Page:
St. Anastasia: The Other Christmas Miracle

Merry Christmas to one and all. And Happy St. Anastasia’s feast day!

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Every day of the Christian liturgical calendar is dedicated either to a saint or to an event or aspect of Christ or His ministry.

Christmas Day is obviously dedicated to His Incarnation. However, unbeknownst to many people, the second Mass of Christmas morning is traditionally dedicated to someone other than Christ.

St. Anastasia of Sirmium, also known as St. Anastasia the Pharmakolytria or "Deliverer from Poisons,” not to be mistaken for 8th-9th century St. Athanasia of Aegina, died on Christmas Day, AD 304 at Sirmium in modern-day Serbia.

Precious little is known of her with any historical certainty but the Church teaches that her veneration was widespread in the first few centuries of the first Christian millennium. In fact, she is one of seven women, in addition to the Blessed Virgin Mary, who are commemorated by name in the Canon of the Mass.

St. Anastasia was a thaumaturge, a healer and an exorcist.

Though she was Roman, her name is Greek and means “Resurrection.” She died during the Diocletian Persecution.

Anastasia was the daughter of yet another saint―St. Fausta of Sirmium. Her father was Praetextatus, a pagan Roman nobleman. Her mother had her daughter secretly baptized as an infant. St. John Chrysogonus was her teacher.

After her saintly mother died, Anastasia's father gave her in marriage to the pagan Publius. Despite being married, she preserved her virginity.

She would visit Christians in prison to feed and heal them. When possible, she would ransom them. Unfortunately, her servant betrayed her to Publius. Her husband, in turn, beat her and imprisoned her in their house. After he died on a diplomatic mission to Persia, Anastasia gave away her possessions to the poor and set out to find her mentor, St. John Chrysogonus, in Aquileia. However, by that time, St. Chrysogonus had been interrogated by Diocletian, who then beheaded him.

After his death, St. Chrysogonus appeared to a priest named Zoilus. He told him where to find his relics and foretold the martyrdoms of Sts. Agape, Chione and Irene. He asked Fr. Zoilus to send St. Anastasia to the three imprisoned sisters to encourage them. She visited them in prison nine days before they were tortured and killed. Anastasia subsequently gave the three sisters a proper Christian burial.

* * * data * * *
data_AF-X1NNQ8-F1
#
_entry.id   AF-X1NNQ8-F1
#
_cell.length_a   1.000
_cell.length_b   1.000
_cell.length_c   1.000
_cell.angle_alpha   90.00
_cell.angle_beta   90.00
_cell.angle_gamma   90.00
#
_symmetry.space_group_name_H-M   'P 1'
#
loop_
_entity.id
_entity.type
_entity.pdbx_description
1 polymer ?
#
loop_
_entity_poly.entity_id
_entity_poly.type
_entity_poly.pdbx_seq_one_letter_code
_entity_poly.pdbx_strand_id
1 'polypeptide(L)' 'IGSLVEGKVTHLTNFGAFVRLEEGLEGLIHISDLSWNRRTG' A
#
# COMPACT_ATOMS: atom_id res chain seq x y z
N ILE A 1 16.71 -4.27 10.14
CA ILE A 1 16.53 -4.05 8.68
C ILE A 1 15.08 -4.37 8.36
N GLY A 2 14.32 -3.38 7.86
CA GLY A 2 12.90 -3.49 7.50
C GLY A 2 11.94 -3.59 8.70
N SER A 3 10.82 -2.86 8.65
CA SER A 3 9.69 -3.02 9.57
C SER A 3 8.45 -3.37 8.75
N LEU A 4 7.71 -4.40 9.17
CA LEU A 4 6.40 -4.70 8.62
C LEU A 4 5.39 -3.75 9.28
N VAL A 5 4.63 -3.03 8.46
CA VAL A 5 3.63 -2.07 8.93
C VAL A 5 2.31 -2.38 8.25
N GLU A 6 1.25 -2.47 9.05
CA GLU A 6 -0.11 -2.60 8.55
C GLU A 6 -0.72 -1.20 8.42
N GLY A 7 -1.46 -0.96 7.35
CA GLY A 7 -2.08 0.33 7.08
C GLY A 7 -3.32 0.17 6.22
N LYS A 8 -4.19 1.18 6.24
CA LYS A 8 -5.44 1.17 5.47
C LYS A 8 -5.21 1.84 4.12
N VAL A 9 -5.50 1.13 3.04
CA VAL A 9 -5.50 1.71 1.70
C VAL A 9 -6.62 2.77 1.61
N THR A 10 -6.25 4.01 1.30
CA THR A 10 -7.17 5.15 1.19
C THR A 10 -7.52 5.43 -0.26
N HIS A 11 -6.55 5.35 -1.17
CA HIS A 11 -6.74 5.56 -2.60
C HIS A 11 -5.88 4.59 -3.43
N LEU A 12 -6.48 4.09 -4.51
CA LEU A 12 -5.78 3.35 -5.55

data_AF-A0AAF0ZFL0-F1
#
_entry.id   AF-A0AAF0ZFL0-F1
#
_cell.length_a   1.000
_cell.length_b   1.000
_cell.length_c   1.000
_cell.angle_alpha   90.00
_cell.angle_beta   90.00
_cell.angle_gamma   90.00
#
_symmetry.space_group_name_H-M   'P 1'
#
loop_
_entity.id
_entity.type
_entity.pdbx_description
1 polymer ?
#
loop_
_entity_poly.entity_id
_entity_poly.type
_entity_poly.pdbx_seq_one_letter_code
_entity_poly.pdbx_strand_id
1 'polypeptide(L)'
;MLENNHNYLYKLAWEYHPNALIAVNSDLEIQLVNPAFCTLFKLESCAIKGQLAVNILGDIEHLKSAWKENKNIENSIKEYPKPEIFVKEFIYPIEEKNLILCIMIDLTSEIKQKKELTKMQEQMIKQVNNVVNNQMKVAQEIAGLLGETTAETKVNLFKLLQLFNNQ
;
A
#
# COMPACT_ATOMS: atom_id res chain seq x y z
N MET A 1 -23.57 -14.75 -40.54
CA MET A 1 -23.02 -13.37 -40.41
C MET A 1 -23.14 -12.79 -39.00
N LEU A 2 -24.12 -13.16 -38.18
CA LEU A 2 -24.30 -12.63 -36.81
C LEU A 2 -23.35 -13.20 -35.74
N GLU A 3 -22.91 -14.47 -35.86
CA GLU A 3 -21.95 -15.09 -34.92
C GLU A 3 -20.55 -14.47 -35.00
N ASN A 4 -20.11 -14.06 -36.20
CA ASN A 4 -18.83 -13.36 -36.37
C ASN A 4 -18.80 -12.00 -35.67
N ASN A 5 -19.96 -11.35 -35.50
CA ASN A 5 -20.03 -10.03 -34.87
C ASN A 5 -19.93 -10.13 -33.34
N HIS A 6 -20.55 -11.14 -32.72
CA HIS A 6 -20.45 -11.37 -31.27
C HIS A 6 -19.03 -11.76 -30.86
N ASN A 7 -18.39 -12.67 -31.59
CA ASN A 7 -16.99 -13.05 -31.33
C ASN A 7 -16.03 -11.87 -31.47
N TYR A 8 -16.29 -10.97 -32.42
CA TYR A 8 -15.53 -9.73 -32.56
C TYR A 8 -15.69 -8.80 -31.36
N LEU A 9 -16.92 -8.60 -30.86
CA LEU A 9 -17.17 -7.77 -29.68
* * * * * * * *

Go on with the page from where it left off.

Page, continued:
Anastasia went from city to city, visiting imprisoned Christians healing and instructing them in the Faith.

The Prefect of Illyricum arrested Anastasia for daring to be Christian and tried to convert her to paganism. Anastasia told him she preferred torture and death. The Prefect handed her over to the pagan priest Ulpian in Rome, who threatened her again. Again, she preferred to embrace death in Christ rather than worldly riches.

Ulpian gave her three days to reconsider his offer. He tried to seduce her but when he touched her, he was struck blind and collapsed with a severe headache. His followers carted him to the local pagan temple where he died in agony.

St. Anastasia continued her apostolate of healing and feeding imprisoned Christians with her friend St. Theodota. When the later was martyred, Anastasia was caught by the pagan authorities once again. She was condemned to being starved for 60 days however, St. Theodota visited her in prison and brought food for her.

When the pagan judge found out that St. Anastasia hadn’t suffered, let alone died, he ordered her and other Christians into a leaky boat pushed into middle of a deep lake. But St. Theodota, once again, saved the day by appearing and steering their boat to shore. On shore, 120 pagans were so shocked at the miracle, they immediately asked St. Anastasia to baptize them.

She escaped to the island of Palmaria where she was caught once again. She was staked to the ground, burned alive and then beheaded. The martyr’s body was interred in the house which had belonged to St. Apollonia, the martyr who was tortured by having her teeth pulled out, which was, by then, a meeting place for Christians.

St. Donatus of Zadar collected her relics from Constantinople and brought them to Zadar around the time of St. Charlemagne’s reign. Her relics now rest in the Cathedral of St. Anastasia in Zadar, Croatia.

Later, some of her relics were transferred to the Monastery of St. Anastasia near Mount Athos in Greece.

St. Anastasia is the patron saint of martyrs, weavers and those suffering from the effects of poison.

Though we don’t know a great deal about her, Anastasia must have been an incredibly holy woman to share top billing with the Redeemer Himself on His birthday. This honor alone should give us pause. This was a holy woman who inspires Christians even to this day.

Merry Christmas to one and all. And Happy St. Anastasia’s feast day!

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